In the first few days after that baby is born it is perfectly normal for their weight to drop. The dropped weight is usually regained by the end of the first week to 10 days, after which they are expected to follow their growth chart on the centile they are born on.
Most new mums are tempted to take their baby for weighing every week. This can be a mistake, especially in breast fed babies it is normal to have peaks in weight gain- meaning they will put on weight over a couple of days and then this will plateau, making it usual for a baby to put on weight one week and then not the next. This can cause concern for even the most confident of mums.
I would recommend that after the first 14 days when your health visitor and midwife will want to keep a close eye on you and your baby that you go to the baby clinic every 2 weeks and not every week for a weigh in, unless of course you are worried. Once your baby is 3 months, and gaining weight well then every 3-4 weeks is usually fine.
A couple of warnings about centile charts (which I personally have a dislike of!) many are based on bottle fed babies- who put on weight at a faster pace than breast fed babies. If your baby is exclusively breast fed it is very normal for them to drop centiles in the first 6 months.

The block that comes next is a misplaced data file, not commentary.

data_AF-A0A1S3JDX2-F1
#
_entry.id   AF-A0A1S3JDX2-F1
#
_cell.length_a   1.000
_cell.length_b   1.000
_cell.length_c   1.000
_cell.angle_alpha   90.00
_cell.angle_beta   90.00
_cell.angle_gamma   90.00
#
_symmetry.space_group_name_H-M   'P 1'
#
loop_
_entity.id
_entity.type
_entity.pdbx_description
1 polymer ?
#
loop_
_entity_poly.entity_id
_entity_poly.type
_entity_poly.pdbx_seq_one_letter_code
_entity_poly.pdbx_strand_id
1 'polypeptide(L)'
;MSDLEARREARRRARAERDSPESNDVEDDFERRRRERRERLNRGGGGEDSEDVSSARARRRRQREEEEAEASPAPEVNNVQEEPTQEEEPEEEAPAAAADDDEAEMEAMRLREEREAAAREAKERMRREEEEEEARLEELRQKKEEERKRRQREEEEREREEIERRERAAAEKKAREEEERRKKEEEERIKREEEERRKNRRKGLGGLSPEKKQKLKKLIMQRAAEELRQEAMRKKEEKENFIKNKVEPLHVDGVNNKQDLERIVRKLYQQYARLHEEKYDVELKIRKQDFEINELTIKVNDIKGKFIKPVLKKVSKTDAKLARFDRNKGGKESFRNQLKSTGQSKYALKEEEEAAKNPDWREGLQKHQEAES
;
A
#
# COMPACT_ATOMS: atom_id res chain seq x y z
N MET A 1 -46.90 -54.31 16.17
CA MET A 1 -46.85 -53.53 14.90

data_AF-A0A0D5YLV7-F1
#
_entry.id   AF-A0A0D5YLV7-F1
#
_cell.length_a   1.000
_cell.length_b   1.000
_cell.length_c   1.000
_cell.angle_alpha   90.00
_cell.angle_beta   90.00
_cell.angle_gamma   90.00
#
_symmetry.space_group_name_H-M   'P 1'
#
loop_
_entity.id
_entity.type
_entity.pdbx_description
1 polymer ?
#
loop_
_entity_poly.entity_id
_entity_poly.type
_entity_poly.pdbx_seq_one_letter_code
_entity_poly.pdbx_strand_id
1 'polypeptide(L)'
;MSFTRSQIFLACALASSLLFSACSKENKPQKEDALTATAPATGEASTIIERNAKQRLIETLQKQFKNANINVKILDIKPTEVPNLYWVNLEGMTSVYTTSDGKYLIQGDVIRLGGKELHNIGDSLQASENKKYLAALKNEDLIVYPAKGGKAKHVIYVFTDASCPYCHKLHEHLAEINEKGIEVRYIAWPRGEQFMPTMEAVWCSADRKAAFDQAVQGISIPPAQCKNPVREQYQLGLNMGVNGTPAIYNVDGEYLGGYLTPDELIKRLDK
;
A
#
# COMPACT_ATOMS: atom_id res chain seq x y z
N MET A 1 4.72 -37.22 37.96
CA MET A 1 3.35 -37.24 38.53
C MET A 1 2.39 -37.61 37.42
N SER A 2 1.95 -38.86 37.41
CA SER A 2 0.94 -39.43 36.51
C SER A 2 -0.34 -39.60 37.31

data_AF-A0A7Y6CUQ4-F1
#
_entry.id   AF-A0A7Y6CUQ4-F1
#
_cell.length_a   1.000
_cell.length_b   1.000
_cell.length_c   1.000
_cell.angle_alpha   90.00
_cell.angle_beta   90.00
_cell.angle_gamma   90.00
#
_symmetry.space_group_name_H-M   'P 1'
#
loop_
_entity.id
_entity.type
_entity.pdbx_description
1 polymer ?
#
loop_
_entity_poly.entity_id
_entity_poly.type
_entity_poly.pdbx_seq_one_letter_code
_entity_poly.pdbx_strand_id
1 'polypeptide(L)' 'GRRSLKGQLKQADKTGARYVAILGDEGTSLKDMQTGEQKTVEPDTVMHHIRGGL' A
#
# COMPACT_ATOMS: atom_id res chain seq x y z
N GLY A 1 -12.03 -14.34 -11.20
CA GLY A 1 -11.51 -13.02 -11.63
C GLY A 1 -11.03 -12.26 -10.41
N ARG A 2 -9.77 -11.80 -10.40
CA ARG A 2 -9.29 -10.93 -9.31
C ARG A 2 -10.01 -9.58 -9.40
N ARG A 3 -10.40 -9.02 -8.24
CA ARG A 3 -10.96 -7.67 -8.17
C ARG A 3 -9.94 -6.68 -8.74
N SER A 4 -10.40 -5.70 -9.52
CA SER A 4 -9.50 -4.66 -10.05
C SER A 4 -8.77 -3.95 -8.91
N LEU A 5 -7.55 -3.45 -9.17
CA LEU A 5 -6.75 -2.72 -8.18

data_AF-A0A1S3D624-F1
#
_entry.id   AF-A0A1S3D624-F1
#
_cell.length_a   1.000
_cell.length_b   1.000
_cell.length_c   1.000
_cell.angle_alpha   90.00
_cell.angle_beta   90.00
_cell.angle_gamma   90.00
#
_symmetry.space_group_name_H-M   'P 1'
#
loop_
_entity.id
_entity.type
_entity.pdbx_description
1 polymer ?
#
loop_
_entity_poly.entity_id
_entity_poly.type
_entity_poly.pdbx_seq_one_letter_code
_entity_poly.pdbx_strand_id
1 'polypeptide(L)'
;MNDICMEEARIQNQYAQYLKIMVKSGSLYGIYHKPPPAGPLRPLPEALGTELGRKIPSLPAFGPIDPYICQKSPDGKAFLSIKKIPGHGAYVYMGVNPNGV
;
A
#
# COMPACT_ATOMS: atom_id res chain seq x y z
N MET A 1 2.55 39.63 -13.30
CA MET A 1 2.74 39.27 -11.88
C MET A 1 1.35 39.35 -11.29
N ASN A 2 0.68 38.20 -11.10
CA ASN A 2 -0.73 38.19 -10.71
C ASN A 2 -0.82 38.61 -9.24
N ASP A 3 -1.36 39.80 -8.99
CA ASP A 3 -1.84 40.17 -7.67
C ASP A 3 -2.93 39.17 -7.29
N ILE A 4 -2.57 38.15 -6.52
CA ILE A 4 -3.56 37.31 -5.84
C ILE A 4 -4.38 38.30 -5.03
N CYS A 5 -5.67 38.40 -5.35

Another important point is that it is very rare for your baby to follow the centile that they are born on. The first 8-10 weeks is them finding their curve, unless you are worried that your baby is dropping weight, is very sleepy or lethargic please don’t worry if they don’t follow their birth curve for those first few weeks.
Please don’t get sucked into the ‘higher your baby is the better you are doing’ that is as ridiculous as thinking that a bigger adult is better than a smaller one! Your babies weight is determined mainly by their genes, if you and your husband are both small/petite or on the shorter side, even if your baby was born on the 91st percentile there is NO way they will follow it and become in that top 9% of the population!
These are natural developments in your babies growth, in a bottle fed baby you will notice by the baby finishing more of their milk- at this point you will naturally increase the amount of feed offered at each feed slightly- there should always be around an ounce of milk left in a babies bottle at the end of each feed.
However in a breast fed baby the ‘dreaded growth spurts’ are seen as a time when your baby will be literally attached to the breast day and night!
There is a reason why your baby needs to feed more during a growth spurt- this is necessary for them to stimulate your body into producing more milk. Without this increased demand their increased milk requirements will not be met.
For this reason it is important to not supplement the feeding in any way with either formula or EBM (expressed Breast Milk). If you do then this can stretch the time that your baby needs to feed more often for. If you persevere then this ‘increased’ feeding should pass in 12-48 hours. At which point your baby should settle back into their previous routine.
The growth spurts typically happen at around the second week, fourth and sixth months.